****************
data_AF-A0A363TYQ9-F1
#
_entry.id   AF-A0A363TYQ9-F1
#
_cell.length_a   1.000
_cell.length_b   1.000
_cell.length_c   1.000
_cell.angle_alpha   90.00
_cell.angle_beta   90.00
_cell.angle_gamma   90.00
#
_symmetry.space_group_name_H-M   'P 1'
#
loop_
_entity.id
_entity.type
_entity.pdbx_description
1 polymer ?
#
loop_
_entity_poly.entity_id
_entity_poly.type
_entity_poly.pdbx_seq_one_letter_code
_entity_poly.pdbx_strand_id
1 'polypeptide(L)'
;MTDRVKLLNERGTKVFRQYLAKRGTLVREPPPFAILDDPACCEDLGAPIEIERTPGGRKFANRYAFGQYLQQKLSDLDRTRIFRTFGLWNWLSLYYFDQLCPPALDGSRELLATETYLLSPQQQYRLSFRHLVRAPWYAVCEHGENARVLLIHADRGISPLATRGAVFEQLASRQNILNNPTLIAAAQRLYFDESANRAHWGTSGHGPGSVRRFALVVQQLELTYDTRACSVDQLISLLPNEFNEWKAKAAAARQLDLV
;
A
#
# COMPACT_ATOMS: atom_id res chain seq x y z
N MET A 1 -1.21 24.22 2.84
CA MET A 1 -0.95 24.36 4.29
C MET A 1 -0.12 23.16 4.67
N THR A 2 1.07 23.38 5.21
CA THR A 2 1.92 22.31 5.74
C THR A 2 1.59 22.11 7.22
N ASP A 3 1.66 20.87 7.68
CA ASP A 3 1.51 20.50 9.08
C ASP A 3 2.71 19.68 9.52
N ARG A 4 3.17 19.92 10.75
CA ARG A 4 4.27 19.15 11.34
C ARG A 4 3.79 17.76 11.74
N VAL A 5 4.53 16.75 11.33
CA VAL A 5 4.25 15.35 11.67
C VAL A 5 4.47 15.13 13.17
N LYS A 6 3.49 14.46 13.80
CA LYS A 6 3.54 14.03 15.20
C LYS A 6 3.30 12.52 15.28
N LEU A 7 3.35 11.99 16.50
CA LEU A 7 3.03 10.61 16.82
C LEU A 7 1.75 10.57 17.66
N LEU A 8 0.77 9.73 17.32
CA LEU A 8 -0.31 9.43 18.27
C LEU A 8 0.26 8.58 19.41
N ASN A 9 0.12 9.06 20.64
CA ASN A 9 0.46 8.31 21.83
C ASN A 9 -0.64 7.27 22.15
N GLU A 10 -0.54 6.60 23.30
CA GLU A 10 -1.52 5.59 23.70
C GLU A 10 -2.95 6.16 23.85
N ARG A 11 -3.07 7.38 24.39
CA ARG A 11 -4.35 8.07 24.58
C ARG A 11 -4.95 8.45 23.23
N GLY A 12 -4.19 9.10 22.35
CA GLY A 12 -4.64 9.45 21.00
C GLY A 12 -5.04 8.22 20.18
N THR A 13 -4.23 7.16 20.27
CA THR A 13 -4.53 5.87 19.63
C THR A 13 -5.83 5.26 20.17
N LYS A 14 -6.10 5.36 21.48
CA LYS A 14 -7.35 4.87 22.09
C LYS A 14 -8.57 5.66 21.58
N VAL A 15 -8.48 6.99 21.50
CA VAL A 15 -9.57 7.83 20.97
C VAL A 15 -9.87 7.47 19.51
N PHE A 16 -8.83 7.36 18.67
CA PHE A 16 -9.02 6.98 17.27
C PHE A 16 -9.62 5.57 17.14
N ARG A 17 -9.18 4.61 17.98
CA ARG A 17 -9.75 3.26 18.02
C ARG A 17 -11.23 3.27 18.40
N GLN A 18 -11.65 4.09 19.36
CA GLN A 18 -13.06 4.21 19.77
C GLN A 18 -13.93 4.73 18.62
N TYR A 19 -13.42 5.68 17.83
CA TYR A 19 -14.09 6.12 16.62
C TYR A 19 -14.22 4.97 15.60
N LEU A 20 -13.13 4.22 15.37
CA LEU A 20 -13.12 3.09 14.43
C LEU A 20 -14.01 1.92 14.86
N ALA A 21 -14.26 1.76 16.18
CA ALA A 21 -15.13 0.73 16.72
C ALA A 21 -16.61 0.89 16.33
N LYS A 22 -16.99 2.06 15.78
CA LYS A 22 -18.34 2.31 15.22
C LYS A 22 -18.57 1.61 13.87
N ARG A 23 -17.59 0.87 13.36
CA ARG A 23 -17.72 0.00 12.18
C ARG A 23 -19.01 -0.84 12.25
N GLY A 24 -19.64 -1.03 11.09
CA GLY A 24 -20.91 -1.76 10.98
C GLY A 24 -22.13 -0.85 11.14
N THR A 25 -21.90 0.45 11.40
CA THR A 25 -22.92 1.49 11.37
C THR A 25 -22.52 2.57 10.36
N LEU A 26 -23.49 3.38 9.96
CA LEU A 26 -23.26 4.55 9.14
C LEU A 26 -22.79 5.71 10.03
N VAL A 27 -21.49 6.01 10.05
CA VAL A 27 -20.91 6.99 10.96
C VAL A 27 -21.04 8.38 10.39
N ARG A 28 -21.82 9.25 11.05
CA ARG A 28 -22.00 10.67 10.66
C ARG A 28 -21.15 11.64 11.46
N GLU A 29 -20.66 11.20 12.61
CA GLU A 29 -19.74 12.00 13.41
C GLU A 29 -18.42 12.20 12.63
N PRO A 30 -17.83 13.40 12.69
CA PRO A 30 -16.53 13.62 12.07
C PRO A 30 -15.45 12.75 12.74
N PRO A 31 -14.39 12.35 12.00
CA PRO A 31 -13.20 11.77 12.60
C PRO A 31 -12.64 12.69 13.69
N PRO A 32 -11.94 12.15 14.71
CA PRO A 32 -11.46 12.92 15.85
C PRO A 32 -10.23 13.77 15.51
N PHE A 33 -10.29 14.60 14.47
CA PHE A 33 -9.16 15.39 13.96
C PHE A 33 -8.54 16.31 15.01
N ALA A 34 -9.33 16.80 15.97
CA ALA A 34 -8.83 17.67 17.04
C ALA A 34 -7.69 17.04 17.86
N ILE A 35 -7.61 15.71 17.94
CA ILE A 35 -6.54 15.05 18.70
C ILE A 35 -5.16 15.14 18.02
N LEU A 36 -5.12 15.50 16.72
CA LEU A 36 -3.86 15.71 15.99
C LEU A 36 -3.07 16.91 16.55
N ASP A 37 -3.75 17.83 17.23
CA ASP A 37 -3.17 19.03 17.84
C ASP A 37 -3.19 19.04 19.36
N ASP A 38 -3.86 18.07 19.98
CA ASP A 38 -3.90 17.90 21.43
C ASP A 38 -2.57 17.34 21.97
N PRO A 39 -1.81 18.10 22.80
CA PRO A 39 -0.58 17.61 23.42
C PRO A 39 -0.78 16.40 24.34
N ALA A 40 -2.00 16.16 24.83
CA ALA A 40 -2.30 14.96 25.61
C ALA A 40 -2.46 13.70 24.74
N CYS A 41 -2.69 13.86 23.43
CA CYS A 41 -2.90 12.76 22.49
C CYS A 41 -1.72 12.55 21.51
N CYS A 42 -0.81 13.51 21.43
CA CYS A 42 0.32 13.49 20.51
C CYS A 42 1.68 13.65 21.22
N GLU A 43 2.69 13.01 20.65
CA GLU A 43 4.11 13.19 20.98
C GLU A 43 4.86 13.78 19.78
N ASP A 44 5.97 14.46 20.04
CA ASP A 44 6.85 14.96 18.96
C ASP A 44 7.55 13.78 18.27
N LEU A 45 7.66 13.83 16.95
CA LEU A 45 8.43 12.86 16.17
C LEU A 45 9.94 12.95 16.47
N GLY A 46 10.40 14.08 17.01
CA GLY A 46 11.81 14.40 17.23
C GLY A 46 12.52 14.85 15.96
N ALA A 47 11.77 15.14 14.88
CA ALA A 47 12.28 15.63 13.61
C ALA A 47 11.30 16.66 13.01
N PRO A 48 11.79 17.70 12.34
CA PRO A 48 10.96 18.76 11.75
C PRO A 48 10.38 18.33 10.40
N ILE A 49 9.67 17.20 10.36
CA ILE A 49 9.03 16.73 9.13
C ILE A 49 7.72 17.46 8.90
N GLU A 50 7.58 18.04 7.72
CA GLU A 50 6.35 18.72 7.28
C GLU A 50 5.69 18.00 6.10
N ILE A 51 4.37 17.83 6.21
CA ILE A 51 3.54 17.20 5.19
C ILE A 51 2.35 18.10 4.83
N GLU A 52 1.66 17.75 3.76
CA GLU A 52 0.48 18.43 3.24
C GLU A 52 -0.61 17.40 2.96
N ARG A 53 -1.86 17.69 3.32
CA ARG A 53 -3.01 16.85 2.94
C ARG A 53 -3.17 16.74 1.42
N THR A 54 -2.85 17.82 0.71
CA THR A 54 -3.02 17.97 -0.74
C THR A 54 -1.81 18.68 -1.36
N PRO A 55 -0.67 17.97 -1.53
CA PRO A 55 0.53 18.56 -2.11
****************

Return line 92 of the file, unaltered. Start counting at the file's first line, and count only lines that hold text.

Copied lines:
CA ALA A 21 -15.13 0.73 16.72